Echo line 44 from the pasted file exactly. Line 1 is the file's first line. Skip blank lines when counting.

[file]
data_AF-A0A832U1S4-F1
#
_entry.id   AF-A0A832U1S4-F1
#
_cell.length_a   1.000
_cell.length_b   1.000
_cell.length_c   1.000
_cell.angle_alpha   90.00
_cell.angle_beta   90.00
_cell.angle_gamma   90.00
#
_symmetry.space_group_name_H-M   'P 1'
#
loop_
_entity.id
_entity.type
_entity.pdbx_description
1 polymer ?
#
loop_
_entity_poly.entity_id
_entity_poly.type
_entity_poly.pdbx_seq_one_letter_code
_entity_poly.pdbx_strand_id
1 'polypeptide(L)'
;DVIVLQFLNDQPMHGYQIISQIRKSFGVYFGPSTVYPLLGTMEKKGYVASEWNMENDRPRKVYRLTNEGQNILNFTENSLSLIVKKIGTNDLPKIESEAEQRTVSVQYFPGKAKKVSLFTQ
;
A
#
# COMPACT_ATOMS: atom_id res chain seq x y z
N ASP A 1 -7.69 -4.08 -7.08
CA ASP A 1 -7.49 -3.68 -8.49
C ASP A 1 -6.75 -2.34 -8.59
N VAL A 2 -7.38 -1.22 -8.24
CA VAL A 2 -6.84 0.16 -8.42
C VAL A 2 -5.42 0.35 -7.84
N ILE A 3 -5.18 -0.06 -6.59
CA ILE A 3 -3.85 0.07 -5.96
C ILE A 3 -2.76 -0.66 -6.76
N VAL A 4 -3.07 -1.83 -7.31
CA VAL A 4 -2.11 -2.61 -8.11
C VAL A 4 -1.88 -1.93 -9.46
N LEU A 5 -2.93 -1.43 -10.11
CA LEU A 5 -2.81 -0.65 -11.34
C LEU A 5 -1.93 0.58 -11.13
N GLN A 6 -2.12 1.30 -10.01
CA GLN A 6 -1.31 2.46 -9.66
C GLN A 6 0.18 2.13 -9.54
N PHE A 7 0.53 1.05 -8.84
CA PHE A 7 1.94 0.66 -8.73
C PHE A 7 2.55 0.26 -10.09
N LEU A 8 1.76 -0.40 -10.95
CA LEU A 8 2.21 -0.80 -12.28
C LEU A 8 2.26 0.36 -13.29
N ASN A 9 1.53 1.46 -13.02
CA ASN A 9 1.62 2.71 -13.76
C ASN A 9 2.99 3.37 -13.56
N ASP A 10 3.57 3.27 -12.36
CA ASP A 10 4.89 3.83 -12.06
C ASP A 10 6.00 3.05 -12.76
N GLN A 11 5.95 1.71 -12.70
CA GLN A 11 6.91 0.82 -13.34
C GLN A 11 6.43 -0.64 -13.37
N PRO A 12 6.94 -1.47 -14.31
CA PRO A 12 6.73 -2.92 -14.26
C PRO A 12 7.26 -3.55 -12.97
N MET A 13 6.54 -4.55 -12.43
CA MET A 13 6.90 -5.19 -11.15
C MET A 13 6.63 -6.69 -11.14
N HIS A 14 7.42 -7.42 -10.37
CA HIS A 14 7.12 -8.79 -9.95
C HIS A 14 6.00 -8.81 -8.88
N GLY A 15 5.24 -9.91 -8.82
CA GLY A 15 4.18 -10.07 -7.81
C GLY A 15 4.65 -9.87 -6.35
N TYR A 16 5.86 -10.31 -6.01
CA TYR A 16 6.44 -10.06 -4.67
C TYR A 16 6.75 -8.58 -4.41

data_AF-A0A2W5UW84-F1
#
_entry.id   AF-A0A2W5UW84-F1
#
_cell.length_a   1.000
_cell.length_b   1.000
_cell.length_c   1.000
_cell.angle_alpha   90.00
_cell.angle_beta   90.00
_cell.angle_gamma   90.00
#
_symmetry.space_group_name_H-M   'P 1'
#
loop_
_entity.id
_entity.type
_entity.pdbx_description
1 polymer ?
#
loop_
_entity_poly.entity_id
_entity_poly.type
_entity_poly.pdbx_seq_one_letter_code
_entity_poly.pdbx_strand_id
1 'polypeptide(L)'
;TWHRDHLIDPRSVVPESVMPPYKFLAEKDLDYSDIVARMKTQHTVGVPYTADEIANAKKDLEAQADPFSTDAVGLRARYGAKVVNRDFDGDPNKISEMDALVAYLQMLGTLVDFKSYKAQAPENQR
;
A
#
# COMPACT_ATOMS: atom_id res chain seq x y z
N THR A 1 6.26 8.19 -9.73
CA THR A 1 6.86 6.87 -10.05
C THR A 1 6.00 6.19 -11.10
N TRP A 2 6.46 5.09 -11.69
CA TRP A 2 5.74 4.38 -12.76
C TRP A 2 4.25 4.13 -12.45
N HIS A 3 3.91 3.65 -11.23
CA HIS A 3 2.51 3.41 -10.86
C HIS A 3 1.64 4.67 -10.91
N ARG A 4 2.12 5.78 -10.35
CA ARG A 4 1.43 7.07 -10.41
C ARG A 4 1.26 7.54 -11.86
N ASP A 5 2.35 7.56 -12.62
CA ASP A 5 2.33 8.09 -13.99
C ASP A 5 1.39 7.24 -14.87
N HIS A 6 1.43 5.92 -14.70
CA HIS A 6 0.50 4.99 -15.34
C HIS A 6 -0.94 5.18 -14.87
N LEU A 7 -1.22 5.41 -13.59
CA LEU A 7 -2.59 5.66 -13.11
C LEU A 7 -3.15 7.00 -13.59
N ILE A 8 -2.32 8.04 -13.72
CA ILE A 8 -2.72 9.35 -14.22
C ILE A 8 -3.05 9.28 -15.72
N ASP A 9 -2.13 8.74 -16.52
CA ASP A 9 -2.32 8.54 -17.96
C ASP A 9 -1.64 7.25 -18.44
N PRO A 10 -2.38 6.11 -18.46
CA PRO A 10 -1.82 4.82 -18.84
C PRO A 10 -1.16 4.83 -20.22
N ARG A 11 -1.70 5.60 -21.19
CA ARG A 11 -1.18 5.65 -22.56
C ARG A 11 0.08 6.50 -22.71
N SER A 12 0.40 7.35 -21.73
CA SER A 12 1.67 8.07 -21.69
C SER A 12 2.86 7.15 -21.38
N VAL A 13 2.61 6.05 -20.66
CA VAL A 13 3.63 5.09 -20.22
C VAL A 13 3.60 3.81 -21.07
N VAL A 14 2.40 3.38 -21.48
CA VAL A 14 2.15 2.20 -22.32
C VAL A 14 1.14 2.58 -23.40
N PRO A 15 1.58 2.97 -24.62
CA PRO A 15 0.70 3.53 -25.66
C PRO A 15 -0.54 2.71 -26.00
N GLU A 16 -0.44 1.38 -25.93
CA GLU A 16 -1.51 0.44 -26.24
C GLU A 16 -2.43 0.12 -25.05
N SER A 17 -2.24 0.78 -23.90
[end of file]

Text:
CA LEU A 5 -2.81 -0.65 -11.34